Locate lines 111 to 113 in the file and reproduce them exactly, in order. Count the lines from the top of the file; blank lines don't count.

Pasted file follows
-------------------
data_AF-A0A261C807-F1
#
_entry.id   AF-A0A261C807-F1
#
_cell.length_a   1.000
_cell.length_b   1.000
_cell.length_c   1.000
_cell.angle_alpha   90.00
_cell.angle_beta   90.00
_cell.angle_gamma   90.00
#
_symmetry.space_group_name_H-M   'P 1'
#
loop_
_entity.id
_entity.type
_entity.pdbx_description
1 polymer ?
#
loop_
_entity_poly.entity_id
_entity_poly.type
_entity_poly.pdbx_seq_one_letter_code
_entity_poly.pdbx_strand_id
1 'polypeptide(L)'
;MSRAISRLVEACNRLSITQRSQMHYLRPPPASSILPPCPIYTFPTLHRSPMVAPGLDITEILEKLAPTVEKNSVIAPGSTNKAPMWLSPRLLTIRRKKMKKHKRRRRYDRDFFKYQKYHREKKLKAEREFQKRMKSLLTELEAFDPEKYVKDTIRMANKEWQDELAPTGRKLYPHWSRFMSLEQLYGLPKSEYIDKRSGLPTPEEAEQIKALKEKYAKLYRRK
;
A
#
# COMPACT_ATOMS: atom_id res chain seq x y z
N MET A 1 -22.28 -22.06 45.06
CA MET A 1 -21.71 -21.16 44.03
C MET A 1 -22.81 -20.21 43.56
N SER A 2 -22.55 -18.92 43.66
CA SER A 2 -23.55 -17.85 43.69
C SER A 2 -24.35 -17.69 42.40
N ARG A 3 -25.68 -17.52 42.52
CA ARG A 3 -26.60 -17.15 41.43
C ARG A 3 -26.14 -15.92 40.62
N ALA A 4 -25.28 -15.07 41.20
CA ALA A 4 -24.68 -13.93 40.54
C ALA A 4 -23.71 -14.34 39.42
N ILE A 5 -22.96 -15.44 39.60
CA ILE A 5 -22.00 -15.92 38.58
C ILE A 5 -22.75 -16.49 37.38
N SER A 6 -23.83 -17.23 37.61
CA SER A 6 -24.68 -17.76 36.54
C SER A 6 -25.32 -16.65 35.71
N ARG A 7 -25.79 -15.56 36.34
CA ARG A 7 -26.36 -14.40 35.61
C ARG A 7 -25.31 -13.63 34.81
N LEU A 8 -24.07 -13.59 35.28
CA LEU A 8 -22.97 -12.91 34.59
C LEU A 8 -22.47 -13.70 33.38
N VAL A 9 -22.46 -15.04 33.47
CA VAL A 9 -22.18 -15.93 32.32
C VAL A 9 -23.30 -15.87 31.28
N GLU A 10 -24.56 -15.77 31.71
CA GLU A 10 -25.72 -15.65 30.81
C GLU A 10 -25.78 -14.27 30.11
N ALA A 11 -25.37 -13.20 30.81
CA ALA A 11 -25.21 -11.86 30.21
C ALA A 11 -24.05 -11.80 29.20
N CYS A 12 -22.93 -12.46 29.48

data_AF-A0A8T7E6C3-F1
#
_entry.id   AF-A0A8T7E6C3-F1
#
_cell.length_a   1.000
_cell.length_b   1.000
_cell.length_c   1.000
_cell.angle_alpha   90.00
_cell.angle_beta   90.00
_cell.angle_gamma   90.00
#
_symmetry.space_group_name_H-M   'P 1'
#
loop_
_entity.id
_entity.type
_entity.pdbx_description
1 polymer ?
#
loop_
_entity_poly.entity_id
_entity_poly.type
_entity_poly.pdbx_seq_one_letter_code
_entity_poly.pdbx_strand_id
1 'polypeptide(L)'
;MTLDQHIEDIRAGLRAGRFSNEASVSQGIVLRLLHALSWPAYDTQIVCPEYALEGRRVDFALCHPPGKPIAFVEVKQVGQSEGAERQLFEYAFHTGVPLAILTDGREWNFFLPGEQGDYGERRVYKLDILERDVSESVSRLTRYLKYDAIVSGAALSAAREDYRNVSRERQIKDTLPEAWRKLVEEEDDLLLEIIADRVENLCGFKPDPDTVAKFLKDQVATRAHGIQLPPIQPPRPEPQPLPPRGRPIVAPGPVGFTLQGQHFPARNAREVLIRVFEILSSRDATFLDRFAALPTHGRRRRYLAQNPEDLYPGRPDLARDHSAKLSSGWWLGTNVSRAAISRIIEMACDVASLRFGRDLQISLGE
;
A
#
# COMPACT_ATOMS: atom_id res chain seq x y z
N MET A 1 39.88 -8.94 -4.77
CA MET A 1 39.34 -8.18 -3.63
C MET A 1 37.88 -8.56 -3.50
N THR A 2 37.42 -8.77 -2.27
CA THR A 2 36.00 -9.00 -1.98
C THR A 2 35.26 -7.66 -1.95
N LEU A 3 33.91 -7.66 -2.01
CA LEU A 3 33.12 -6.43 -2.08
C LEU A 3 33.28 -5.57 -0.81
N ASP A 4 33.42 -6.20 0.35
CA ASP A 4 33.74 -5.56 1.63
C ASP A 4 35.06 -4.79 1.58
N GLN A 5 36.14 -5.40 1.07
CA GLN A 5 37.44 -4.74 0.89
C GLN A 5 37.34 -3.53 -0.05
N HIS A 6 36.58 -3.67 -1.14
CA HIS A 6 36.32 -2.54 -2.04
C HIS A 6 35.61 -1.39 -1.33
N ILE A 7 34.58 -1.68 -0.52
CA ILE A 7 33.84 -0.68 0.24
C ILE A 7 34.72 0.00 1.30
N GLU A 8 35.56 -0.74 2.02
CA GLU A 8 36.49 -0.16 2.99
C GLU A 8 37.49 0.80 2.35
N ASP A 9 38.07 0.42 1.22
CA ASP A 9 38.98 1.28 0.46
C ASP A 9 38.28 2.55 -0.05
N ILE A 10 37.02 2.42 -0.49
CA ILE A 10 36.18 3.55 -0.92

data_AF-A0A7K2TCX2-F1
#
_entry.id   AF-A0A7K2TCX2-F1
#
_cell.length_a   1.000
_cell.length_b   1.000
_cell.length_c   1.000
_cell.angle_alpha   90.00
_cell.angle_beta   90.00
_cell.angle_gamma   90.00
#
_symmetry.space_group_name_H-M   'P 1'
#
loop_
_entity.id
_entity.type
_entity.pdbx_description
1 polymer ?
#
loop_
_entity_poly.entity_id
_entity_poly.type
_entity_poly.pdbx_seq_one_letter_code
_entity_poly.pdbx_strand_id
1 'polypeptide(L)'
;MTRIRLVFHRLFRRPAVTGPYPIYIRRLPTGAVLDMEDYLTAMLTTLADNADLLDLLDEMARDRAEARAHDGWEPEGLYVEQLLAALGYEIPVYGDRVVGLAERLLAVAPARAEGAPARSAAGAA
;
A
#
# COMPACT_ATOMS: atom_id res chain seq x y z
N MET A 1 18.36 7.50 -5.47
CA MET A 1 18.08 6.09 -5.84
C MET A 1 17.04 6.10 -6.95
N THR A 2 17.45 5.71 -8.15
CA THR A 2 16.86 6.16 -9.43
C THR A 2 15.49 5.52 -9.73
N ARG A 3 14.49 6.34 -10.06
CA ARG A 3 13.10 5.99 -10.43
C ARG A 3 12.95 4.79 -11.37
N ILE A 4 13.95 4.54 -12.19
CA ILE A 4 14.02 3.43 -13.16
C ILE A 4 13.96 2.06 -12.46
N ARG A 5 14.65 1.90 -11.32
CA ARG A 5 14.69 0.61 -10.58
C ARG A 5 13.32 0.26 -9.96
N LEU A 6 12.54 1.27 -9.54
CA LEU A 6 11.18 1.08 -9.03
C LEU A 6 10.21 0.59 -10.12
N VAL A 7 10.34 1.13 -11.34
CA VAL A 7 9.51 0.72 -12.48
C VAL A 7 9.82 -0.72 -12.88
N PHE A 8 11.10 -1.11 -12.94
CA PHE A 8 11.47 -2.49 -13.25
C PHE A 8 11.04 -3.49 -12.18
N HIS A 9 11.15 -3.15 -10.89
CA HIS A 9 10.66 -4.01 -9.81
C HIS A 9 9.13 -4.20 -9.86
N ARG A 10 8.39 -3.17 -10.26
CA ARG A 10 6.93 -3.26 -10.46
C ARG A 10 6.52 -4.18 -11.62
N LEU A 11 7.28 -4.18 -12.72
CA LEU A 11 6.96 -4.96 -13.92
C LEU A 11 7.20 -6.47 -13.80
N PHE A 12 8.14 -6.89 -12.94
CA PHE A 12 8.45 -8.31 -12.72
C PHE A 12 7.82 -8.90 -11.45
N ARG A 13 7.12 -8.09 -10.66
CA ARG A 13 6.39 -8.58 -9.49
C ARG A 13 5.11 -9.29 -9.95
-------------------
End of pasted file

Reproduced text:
CA HIS A 6 36.32 -2.54 -2.04
C HIS A 6 35.61 -1.39 -1.33
N ILE A 7 34.58 -1.68 -0.52